MF: There’s been a bit of a blow up online regarding who you’re touring with, you’ve just made a big post on Instagram addressing the topic. Were you expecting such a strong reaction to guitarist Dave Keuning and bassist Mark Stoermer not coming on tour?
BF: I mean we were kind of prepared for it. Obviously, we’ve been dealing with it internally and personally over the past little while and trying to figure out what’s what, how we’re going to handle it and keep everyone happy. There was no real perfect way to handle it, there’s definitely not a handbook for how to handle these things. I can’t think of another band that’s done what we’re doing and we did the best that we could. We’re trying to navigate these waters! But you know, it would just – I hope that people come to the gigs and aren’t let down because a lot of heart is still going into these shows and a lot of blood sweat and tears went into this album. It would be a shame for it not to be brought to the world.
MF: With the forthcoming album, I’ve read an interview where you said you’ve been chasing a heavier sound. I can hear it on tracks like ‘The Calling’. What is it to you that makes a piece of music ‘heavy’?
BF: You know there’s different connotations to ‘heavy’. Heh! It could be distortion and a ferocious drummer. But it could also be lyrical content, and I think that we had just written ‘Wonderful Wonderful’ before I did an interview and I said we maybe had some material that was heavier than anything we’d ever done. I think that song captures both of those dimensions of the word ‘heavy’. That’s where I was coming from when I did that interview.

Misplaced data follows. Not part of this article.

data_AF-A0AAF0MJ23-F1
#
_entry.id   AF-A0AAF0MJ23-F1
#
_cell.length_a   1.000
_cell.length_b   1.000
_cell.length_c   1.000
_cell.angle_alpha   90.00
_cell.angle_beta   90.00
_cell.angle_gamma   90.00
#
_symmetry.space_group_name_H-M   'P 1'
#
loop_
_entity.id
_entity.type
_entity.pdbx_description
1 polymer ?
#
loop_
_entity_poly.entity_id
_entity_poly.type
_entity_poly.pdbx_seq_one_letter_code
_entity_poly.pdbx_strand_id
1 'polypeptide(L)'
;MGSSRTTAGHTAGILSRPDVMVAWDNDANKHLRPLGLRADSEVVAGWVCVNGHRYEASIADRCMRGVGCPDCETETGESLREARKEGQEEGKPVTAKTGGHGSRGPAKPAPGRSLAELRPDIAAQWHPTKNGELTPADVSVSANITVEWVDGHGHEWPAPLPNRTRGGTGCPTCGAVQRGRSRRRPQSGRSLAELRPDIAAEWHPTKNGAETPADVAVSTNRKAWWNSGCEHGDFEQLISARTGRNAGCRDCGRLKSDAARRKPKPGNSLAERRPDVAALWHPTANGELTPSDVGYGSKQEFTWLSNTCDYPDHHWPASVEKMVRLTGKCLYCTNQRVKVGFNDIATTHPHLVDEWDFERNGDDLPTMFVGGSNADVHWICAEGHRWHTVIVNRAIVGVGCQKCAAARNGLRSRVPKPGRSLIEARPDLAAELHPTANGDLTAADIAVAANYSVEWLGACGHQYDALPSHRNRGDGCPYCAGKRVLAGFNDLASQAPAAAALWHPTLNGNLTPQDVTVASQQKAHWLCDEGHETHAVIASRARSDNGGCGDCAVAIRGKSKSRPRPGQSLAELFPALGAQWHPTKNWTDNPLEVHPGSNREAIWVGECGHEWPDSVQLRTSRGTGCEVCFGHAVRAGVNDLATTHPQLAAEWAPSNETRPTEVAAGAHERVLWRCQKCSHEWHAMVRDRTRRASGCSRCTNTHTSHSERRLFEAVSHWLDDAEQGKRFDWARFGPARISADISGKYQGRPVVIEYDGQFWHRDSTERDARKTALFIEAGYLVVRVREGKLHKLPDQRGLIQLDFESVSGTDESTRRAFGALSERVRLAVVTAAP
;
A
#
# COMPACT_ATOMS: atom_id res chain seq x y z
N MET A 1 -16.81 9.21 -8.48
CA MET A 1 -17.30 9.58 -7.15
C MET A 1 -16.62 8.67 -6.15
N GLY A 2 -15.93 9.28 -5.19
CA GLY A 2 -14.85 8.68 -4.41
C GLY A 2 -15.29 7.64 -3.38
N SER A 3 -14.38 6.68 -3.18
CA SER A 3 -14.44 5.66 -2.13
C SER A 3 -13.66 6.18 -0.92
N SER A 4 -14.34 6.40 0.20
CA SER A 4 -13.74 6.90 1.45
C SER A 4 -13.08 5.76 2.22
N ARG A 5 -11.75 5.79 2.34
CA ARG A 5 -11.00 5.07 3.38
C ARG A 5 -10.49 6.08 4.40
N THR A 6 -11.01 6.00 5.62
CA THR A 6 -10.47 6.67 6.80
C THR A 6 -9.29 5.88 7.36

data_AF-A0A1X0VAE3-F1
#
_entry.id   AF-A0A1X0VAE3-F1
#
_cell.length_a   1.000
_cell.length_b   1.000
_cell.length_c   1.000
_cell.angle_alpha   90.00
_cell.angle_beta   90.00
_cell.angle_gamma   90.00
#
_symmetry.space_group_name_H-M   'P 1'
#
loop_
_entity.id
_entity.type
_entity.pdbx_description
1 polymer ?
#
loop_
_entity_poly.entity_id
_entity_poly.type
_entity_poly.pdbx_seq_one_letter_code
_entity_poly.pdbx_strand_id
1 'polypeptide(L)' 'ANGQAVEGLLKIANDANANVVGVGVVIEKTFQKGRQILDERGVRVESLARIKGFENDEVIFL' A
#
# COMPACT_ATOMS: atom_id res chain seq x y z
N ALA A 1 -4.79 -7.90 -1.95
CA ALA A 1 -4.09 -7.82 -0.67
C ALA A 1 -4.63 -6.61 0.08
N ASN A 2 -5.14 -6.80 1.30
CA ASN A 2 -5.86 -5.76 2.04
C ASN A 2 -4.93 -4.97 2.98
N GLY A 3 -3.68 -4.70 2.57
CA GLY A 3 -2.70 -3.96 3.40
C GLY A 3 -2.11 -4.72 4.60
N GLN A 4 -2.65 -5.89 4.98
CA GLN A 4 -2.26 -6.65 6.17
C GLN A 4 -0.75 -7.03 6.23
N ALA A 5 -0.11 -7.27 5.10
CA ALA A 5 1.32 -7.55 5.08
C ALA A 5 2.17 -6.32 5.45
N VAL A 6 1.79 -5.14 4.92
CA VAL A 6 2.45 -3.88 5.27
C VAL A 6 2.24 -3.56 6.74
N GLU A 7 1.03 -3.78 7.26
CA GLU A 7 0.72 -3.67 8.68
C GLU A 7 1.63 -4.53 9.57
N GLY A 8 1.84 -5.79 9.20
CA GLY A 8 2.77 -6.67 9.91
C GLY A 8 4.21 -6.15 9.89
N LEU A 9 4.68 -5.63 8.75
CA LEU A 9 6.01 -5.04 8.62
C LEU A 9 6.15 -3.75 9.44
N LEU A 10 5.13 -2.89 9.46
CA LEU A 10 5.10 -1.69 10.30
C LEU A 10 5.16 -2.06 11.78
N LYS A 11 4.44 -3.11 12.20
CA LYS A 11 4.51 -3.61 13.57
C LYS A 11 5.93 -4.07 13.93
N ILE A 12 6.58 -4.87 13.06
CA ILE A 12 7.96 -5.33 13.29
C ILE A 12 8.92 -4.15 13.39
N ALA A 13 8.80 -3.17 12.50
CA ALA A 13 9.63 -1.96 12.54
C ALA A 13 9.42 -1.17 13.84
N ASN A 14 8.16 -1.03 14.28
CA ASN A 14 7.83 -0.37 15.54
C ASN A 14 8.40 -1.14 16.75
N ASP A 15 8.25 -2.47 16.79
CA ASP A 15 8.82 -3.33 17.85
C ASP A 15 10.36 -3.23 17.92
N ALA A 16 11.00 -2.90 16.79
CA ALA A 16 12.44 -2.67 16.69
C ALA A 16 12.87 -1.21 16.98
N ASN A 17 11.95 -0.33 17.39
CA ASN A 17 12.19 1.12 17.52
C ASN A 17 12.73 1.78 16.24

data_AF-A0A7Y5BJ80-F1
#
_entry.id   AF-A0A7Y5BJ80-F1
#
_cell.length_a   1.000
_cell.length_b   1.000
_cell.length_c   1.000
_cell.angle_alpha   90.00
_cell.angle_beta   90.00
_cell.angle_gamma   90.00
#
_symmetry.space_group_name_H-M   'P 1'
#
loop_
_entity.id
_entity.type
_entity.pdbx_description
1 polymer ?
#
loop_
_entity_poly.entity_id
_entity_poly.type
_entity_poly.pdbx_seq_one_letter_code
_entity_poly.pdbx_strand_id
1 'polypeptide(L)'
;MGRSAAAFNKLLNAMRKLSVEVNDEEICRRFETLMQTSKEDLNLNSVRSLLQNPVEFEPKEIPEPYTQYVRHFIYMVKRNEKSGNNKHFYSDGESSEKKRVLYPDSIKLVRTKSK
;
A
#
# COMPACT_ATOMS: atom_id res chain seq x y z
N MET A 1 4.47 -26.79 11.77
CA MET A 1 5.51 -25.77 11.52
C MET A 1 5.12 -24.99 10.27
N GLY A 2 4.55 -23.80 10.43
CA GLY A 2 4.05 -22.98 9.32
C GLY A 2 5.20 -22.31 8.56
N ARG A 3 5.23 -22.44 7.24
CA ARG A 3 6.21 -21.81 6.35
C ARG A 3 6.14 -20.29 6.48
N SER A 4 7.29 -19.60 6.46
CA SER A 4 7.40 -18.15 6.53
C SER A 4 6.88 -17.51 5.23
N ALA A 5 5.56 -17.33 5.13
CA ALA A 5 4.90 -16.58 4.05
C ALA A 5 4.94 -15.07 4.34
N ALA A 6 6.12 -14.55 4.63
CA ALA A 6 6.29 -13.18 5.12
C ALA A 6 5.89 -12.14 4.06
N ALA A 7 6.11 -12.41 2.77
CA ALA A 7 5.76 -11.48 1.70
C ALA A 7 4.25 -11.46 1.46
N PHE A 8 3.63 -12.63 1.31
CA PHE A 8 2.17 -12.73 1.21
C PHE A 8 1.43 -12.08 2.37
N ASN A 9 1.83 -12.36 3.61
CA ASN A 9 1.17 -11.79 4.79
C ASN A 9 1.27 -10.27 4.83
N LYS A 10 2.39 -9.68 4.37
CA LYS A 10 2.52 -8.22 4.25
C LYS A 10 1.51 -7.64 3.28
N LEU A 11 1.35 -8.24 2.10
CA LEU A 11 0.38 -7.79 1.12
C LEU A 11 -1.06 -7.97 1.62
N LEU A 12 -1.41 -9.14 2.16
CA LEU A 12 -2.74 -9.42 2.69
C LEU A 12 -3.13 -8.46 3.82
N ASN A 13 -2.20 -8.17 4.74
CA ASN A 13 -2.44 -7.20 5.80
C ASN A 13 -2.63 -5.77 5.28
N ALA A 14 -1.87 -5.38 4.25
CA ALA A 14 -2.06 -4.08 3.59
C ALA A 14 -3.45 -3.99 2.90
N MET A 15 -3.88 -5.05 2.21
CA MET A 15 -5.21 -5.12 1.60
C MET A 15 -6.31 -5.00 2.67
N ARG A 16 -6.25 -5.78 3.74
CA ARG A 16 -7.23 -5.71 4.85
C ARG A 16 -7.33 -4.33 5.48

MF: Do you have an example of a track or album which strikes you as a classic heavy hitter?
BF: I hadn’t thought about that. I mean something like ‘Famous Blue Raincoat’ by Leonard Cohen, that does it for me. If it was a band… I don’t know. Some people like really heavy music, a song like ‘Push’ by The Cure is just beautiful but it’s also kinda heavy. I don’t know, it’s all relative I guess. But those two of the top of my head.
MF: You’ve also worked with an Aussie, Alex Cameron, on a track called ‘Life To Come’. What was it like working with Alex?
BF: I make an appearance songwriting on one song on his new record that’s coming out called Forced Witness. I just really fell in love with his debut Jumping the Shark and I reached out to him to let him know that and we’ve since become friends. He’s come to Las Vegas and we’ve hung out in London. We actually played a gig together. He is – he’s just one of the best in the game right now. You can learn something from everybody and I think we’re both feeding off of each other. Sometimes that can be dangerous territory (laughs), but I think we’re in a healthy territory with that right now.
MF: You’ve also gotten someone who a lot of musicians would dream about working with on the album: Brian Eno. I think the track’s called ‘Some Kind of Love’. Can you tell me a little bit more about what you did with him for the album?